Fri 8 Mar 2013
by Marv Lachman.
Rereading portions of the Sir Henry Merrivale series recently made me realize again how humor in the mystery has deteriorated since the days of Carr-Dickson, Craig Rice, and Alan Green. Nowadays the closest we come to humor is the first-person narrator emulating a stand-up comedian with wisecracks. Spenser, Claire Malloy, and Kinky Friedman are examples.
In the Merrivale series almost every book had a slapstick sequence that was the mystery equivalent of the Marx Brothers. Take the riot Sir Henry causes on the New York subways in A Graveyard to Let (1949).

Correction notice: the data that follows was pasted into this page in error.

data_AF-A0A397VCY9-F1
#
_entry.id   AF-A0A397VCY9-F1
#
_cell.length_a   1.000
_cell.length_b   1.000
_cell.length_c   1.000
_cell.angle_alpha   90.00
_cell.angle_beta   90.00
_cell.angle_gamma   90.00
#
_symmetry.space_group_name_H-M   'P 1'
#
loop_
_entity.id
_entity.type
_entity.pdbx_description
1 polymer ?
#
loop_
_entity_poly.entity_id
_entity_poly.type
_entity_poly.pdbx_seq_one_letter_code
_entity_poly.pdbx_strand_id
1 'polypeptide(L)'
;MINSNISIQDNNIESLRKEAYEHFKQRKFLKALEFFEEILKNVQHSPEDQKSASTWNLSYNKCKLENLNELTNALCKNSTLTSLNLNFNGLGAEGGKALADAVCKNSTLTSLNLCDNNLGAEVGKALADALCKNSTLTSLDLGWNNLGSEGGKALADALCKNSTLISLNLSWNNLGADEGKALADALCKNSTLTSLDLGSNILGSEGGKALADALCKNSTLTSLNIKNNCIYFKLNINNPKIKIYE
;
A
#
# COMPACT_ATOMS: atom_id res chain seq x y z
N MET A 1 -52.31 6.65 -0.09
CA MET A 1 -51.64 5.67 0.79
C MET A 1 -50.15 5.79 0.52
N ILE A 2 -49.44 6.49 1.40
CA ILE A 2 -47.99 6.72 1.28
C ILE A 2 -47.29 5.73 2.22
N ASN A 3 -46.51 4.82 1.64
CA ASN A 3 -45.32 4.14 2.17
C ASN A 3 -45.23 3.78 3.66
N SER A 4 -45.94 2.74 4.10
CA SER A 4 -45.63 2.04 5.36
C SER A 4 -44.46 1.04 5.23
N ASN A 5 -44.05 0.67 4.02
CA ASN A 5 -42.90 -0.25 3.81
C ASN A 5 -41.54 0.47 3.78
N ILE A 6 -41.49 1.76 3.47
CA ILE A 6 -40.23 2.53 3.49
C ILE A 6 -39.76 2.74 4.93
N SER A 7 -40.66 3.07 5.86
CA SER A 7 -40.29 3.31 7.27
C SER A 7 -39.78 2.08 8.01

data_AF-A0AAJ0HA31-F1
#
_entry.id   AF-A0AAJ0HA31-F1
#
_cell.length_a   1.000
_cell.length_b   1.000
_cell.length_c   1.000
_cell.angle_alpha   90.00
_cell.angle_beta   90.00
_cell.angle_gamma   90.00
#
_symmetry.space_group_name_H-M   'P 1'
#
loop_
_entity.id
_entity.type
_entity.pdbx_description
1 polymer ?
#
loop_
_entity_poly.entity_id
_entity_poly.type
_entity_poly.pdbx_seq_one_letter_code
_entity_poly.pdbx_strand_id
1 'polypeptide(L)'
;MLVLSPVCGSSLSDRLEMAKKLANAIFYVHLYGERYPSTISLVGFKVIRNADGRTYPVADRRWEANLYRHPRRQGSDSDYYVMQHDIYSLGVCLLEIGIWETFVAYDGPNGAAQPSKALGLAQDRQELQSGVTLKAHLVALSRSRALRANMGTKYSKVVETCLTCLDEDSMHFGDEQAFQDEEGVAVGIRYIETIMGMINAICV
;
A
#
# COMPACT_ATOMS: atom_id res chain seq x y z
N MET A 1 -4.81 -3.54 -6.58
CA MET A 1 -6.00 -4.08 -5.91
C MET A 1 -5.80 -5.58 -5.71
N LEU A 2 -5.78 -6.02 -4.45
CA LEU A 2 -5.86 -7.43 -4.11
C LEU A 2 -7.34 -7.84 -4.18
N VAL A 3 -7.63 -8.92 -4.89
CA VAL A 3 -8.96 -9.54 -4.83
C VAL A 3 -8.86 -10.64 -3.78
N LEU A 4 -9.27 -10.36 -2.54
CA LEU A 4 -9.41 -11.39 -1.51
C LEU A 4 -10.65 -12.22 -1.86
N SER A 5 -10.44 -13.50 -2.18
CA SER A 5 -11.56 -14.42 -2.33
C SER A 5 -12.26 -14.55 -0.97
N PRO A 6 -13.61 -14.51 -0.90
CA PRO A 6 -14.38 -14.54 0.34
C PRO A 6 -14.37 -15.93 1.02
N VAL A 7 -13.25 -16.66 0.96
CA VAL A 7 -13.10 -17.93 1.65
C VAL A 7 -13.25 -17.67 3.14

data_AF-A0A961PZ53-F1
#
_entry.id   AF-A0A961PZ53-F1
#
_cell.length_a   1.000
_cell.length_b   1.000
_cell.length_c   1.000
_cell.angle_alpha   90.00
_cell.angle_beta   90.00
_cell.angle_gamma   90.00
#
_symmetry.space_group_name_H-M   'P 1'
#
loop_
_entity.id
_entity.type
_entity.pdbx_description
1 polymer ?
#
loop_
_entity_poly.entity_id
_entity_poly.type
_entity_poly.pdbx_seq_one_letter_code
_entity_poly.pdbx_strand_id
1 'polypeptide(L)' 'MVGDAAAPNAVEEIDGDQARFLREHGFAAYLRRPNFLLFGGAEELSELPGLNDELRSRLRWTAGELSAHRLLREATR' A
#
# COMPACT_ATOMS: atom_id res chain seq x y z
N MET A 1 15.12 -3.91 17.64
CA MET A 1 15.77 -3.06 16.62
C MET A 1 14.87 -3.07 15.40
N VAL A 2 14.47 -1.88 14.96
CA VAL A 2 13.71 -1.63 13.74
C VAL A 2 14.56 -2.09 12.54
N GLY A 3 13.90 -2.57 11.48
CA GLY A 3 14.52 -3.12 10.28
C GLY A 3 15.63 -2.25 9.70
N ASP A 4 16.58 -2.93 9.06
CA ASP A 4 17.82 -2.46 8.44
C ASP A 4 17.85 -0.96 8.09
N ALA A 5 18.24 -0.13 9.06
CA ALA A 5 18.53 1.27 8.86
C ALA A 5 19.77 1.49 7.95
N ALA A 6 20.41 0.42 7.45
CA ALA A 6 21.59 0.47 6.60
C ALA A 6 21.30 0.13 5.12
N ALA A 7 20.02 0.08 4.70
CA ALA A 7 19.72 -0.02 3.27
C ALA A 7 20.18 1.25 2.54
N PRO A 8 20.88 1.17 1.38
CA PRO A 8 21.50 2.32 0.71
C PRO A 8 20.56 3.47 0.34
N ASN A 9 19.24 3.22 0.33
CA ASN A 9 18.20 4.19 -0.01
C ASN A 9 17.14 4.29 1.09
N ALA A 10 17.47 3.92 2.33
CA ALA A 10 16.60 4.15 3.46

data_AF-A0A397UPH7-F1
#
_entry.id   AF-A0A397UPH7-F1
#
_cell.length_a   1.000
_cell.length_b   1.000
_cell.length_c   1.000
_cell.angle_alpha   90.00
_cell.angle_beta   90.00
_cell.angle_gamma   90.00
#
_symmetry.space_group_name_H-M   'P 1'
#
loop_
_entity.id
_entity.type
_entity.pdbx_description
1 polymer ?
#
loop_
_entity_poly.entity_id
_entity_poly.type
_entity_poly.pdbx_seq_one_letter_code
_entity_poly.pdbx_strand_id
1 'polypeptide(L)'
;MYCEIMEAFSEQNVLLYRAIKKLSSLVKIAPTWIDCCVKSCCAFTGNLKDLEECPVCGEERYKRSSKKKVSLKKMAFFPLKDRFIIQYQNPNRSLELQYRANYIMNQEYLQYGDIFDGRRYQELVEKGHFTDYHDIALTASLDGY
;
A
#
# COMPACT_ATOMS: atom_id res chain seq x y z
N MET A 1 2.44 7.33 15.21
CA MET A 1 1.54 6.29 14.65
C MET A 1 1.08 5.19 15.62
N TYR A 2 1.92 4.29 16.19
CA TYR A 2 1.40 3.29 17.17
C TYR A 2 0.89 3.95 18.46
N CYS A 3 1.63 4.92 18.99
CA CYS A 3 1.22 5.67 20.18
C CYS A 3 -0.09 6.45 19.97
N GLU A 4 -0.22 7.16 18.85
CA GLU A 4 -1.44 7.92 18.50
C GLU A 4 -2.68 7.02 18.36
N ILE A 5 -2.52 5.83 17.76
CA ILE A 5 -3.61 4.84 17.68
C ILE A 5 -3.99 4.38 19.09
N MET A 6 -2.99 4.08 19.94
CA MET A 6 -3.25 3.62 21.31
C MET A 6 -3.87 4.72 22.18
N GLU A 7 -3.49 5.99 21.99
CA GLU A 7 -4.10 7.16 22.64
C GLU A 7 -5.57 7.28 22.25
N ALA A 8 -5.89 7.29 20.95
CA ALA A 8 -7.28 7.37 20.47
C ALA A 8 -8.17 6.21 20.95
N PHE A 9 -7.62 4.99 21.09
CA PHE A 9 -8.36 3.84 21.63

The humor in the series is not entirely visual — e.g., the delicious confusion between the words “kleptomania” and “nymphomania” in Fatal Descent. Sure, John Rhode is listed as co-author of that 1939 book, but does anyone really think Rhode could have written those lines, even if his life depended on it?
In the same book, the unimaginative Inspector Hornbeam says regarding a corpse discovered in a double-locked “room” (a sealed elevator car within a sealed elevator shaft): “There’s a flaw somewhere. There’s got to be. Otherwise the thing’s impossible. And it’s impossible for a thing to be impossible.”